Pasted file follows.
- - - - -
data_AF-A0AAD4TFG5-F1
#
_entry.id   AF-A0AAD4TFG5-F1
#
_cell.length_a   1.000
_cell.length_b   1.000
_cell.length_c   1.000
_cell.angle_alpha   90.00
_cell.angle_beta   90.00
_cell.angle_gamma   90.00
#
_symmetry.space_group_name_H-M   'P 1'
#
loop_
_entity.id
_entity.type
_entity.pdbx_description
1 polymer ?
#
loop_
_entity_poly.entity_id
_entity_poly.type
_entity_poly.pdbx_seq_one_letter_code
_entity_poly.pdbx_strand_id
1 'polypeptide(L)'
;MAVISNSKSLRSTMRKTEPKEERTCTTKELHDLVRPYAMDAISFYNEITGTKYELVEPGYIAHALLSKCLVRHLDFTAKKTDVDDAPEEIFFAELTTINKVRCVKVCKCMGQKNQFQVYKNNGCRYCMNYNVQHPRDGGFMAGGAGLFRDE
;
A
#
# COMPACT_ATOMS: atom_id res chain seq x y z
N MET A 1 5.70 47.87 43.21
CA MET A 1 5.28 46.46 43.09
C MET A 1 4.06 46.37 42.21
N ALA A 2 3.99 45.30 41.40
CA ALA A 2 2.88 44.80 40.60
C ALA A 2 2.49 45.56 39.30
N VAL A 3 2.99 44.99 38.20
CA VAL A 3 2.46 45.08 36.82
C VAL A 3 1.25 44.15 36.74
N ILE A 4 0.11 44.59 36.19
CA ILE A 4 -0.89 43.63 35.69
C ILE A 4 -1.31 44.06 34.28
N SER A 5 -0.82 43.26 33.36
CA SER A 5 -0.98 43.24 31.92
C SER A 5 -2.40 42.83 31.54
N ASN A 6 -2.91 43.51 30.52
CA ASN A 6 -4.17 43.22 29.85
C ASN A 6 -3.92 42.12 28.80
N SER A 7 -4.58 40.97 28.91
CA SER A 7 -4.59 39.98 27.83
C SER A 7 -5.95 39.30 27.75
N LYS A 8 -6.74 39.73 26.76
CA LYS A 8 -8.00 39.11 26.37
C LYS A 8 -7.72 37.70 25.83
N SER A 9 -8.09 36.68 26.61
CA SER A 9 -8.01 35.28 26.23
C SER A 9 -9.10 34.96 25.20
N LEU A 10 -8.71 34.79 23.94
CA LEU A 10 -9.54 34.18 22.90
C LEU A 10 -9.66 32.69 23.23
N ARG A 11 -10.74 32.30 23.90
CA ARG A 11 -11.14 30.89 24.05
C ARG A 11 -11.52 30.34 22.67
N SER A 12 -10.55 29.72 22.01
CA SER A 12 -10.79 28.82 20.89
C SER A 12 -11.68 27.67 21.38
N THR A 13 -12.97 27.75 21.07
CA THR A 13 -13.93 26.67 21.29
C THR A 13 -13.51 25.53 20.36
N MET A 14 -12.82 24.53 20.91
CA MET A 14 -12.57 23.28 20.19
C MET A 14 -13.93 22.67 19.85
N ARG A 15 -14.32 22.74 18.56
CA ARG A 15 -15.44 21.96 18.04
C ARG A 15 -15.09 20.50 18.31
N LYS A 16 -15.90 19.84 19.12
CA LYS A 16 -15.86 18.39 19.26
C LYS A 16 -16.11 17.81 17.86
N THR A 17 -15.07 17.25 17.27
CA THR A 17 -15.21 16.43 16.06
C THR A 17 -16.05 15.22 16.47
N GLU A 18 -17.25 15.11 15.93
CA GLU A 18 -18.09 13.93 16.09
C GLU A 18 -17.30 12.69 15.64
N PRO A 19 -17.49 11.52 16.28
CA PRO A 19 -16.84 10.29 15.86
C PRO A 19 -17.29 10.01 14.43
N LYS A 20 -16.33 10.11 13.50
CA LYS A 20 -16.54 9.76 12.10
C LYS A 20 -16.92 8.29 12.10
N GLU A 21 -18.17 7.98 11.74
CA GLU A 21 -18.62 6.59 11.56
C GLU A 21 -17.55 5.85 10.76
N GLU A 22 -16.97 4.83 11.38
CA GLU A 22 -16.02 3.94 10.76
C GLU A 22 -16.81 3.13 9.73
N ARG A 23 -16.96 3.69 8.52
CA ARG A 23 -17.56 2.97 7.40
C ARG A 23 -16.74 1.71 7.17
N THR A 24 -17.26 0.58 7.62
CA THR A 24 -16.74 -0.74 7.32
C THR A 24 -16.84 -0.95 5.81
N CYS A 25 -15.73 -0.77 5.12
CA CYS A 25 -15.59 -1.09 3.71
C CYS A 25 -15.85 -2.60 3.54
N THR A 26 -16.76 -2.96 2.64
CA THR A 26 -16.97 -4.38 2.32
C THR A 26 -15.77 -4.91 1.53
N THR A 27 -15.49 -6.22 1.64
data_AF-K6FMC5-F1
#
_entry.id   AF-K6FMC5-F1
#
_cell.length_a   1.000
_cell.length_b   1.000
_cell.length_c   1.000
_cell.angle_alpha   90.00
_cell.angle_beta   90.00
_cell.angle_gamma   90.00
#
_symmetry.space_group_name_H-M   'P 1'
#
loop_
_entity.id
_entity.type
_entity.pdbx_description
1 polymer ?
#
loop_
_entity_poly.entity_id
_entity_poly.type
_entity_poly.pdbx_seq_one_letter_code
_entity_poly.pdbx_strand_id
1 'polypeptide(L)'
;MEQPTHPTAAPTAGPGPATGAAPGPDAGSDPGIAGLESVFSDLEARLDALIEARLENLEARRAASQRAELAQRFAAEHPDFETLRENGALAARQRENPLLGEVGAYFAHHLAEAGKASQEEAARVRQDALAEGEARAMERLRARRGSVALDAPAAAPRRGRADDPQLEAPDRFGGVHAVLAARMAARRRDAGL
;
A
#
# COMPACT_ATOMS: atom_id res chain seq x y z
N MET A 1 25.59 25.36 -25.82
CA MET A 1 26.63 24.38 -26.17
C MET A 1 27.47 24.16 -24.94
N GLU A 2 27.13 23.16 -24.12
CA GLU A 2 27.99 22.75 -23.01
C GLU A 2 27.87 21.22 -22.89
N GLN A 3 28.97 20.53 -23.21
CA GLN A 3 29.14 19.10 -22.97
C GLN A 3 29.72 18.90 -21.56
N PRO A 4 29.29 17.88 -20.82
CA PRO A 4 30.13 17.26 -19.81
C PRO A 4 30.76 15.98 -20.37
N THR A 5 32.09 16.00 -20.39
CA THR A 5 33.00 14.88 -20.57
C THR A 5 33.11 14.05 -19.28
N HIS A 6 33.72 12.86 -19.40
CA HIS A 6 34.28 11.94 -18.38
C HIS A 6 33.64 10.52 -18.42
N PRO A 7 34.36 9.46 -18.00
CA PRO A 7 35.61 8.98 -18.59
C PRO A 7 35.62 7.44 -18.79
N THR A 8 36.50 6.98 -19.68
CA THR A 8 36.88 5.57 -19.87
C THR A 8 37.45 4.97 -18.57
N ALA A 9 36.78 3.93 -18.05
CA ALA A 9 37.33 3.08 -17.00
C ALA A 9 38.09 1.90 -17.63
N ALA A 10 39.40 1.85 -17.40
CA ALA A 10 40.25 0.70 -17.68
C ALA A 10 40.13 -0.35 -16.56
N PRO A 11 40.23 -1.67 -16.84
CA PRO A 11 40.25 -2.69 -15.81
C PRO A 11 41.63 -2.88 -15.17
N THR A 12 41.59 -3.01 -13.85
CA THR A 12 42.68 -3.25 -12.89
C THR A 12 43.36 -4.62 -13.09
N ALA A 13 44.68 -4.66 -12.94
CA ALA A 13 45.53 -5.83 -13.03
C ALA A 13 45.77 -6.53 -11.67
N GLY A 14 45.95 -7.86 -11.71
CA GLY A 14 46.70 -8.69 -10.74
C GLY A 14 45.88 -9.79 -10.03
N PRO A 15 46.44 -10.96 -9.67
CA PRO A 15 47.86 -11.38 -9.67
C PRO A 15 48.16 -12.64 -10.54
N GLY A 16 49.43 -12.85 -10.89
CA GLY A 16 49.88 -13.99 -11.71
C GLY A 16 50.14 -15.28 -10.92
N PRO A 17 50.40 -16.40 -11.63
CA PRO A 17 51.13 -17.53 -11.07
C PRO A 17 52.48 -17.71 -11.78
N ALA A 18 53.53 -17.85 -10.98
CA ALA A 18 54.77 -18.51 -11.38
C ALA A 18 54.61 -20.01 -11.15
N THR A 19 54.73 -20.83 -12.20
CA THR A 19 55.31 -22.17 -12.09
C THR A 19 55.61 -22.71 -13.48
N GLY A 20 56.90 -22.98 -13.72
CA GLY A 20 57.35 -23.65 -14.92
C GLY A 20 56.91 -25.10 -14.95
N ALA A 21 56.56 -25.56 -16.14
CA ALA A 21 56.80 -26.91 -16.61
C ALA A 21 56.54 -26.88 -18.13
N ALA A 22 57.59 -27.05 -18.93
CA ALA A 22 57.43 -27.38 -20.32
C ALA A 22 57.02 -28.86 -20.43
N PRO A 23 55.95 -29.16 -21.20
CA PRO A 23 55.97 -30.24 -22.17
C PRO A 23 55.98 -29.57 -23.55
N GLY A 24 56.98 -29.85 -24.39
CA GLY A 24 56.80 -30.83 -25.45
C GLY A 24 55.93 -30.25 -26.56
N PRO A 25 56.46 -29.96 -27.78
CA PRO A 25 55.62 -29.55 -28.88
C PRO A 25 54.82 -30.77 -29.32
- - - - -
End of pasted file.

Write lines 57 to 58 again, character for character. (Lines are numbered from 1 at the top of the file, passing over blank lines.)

C SER A 9 -9.10 34.96 25.20
N LEU A 10 -8.71 34.79 23.94